Carolus Linnaeus classified the kraken as a cephalopod, designating the scientific name Microcosmus marinus in the first edition of his Systema Naturae (1735), a taxonomic classification of living organisms. The creature was excluded from later editions.Linnaeus’s later work, Fauna Suecica (1746), calls the creature singulare monstrum, “a unique monster”, and says of it Habitare fertur in mari Norwegico, ipse non dum animal vidi, “It is said to inhabit the seas of Norway, but I have not seen this animal”.

Kraken were also extensively described by Erik Pontoppidan, bishop of Bergen, in his Det Forste Forsorg paa Norges Naturlige Historie “Natural History of Norway” (Copenhagen, 1752–73). Pontoppidan made several claims regarding kraken, including the notion that the creature was sometimes mistaken for an island and that the real danger to sailors was not the creature itself but rather the whirlpool left in its wake. However, Pontoppidan also described the destructive potential of the giant beast: “it is said that if [the creature’s arms] were to lay hold of the largest man-of-war, they would pull it down to the bottom”.

According to Pontoppidan, Norwegian fishermen often took the risk of trying to fish over kraken, since the catch was so plentiful (hence the saying “You must have fished on Kraken”). Pontoppidan also proposed that a specimen of the monster, “perhaps a young and careless one”, was washed ashore and died at Alstahaug in 1680. By 1755, Pontoppidan’s description of the kraken had been translated into English.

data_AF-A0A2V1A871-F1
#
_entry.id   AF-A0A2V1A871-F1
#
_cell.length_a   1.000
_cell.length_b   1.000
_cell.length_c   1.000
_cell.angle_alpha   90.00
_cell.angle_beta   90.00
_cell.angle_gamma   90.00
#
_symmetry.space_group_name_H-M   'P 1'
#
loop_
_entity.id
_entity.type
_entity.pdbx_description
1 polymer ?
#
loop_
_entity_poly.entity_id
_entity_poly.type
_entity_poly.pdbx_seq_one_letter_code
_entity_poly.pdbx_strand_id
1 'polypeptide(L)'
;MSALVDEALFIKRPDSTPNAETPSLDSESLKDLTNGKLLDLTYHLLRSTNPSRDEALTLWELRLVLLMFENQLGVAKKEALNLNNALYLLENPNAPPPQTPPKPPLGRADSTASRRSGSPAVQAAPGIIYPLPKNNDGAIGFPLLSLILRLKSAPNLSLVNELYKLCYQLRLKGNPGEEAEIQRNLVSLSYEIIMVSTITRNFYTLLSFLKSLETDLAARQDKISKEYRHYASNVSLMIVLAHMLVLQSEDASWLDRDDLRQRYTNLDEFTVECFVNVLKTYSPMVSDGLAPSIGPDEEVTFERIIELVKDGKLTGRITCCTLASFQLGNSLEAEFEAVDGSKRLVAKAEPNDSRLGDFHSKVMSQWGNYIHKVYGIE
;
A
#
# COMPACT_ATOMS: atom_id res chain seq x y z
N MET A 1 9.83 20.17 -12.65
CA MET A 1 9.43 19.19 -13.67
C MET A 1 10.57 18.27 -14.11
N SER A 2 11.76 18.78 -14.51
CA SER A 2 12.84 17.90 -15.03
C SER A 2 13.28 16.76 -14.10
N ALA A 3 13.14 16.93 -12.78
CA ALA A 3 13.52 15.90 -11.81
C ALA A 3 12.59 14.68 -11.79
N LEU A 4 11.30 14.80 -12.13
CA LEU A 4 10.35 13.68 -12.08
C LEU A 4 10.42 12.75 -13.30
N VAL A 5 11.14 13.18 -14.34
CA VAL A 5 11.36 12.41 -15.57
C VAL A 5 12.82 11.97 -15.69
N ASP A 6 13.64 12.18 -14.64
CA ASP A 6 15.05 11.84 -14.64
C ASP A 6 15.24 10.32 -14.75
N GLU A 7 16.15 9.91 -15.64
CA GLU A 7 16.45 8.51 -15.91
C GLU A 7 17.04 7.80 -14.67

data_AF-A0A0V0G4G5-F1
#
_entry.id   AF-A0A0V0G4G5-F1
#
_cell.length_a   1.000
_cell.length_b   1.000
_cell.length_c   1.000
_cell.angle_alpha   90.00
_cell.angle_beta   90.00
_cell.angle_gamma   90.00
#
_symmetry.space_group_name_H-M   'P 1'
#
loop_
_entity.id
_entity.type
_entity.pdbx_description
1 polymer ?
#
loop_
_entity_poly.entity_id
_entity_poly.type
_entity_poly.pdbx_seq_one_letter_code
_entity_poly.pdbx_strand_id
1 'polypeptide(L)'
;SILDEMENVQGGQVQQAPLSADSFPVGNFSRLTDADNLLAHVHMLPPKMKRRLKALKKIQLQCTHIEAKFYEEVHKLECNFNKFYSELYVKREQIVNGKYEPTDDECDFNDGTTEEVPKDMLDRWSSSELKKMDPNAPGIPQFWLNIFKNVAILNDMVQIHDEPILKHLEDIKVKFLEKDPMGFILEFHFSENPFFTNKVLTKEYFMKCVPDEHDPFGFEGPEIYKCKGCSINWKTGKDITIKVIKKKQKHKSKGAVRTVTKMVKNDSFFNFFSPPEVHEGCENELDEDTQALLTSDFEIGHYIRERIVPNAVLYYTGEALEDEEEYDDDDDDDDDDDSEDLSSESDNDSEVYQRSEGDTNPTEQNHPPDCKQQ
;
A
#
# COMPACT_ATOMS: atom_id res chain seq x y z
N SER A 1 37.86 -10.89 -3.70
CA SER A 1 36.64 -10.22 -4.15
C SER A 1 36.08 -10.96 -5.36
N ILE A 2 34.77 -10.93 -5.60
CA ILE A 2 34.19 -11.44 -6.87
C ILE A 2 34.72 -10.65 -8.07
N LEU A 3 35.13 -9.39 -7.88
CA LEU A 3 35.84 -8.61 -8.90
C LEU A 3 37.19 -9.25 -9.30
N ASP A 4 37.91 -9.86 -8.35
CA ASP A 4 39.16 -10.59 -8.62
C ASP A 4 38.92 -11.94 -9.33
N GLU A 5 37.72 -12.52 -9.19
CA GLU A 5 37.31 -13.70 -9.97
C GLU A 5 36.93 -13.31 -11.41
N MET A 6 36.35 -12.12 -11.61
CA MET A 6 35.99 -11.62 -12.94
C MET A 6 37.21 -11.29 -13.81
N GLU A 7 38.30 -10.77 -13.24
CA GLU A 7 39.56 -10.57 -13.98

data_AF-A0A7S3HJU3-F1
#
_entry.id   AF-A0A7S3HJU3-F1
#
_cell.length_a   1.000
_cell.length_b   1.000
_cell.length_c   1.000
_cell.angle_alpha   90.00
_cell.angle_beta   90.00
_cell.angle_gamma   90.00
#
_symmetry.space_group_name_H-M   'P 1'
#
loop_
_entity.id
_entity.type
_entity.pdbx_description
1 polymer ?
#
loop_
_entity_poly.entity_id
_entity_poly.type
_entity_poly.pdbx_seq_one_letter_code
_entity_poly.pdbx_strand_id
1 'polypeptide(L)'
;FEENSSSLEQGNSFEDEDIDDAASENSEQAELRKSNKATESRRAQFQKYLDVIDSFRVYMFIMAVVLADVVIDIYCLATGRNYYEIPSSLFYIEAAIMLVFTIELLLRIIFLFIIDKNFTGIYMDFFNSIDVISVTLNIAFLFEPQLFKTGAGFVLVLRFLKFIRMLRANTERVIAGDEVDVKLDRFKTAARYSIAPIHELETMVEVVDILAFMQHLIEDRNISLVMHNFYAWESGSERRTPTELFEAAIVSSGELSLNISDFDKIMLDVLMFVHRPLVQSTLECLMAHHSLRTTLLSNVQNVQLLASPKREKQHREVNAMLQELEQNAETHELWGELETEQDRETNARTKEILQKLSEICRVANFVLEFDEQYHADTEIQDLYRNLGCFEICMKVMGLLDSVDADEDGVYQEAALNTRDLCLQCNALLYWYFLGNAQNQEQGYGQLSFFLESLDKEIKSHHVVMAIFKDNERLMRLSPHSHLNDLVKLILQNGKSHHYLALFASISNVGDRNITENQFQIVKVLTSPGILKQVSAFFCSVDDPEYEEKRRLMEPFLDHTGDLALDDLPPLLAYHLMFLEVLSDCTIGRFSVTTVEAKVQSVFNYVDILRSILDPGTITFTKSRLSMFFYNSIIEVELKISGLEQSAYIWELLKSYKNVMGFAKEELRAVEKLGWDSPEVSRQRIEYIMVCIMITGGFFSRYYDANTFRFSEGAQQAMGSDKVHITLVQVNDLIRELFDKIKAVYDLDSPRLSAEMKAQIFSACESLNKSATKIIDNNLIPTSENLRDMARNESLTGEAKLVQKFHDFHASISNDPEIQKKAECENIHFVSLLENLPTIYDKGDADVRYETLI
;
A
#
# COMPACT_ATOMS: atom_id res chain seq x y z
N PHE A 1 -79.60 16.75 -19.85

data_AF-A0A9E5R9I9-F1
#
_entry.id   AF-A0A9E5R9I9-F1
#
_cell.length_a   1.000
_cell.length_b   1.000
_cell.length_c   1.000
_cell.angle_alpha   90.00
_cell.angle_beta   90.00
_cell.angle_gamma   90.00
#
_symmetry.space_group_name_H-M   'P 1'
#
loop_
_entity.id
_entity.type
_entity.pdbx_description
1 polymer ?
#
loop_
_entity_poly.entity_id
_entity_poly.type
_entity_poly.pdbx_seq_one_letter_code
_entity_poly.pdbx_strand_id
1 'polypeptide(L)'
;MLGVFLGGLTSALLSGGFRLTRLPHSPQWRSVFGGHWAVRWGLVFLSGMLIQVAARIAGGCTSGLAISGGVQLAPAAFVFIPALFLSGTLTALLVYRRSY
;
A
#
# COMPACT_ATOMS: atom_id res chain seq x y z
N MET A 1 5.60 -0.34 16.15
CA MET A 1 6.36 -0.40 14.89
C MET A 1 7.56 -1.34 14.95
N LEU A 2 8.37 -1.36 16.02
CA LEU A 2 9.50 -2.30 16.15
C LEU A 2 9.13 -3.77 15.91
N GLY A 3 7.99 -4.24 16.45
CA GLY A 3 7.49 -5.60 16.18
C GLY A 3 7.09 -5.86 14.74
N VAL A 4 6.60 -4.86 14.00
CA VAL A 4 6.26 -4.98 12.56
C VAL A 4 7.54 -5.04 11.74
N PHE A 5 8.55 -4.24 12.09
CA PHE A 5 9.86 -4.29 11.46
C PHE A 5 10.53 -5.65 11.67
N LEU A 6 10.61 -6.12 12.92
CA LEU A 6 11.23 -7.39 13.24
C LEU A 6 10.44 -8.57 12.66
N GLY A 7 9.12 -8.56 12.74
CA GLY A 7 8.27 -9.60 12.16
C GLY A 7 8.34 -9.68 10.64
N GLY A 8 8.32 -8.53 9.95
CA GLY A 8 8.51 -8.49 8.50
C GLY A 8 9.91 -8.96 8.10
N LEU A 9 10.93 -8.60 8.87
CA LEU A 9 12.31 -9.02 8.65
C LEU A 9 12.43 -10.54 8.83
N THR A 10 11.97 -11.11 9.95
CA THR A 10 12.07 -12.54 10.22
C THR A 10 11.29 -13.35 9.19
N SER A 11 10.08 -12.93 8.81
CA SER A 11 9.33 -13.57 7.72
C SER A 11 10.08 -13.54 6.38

Swedish author Jacob Wallenberg described the kraken in the 1781 work Min son på galejan (“My son on the galley”):

Kraken, also called the Crab-fish, which is not that huge, for heads and tails counted, he is no larger than our Öland is wide [i.e., less than 16 km] … He stays at the sea floor, constantly surrounded by innumerable small fishes, who serve as his food and are fed by him in return: for his meal, (if I remember correctly what E. Pontoppidan writes,) lasts no longer than three months, and another three are then needed to digest it. His excrements nurture in the following an army of lesser fish, and for this reason, fishermen plumb after his resting place … Gradually, Kraken ascends to the surface, and when he is at ten to twelve fathoms, the boats had better move out of his vicinity, as he will shortly thereafter burst up, like a floating island, spurting water from his dreadful nostrils and making ring waves around him, which can reach many miles. Could one doubt that this is the Leviathan of Job?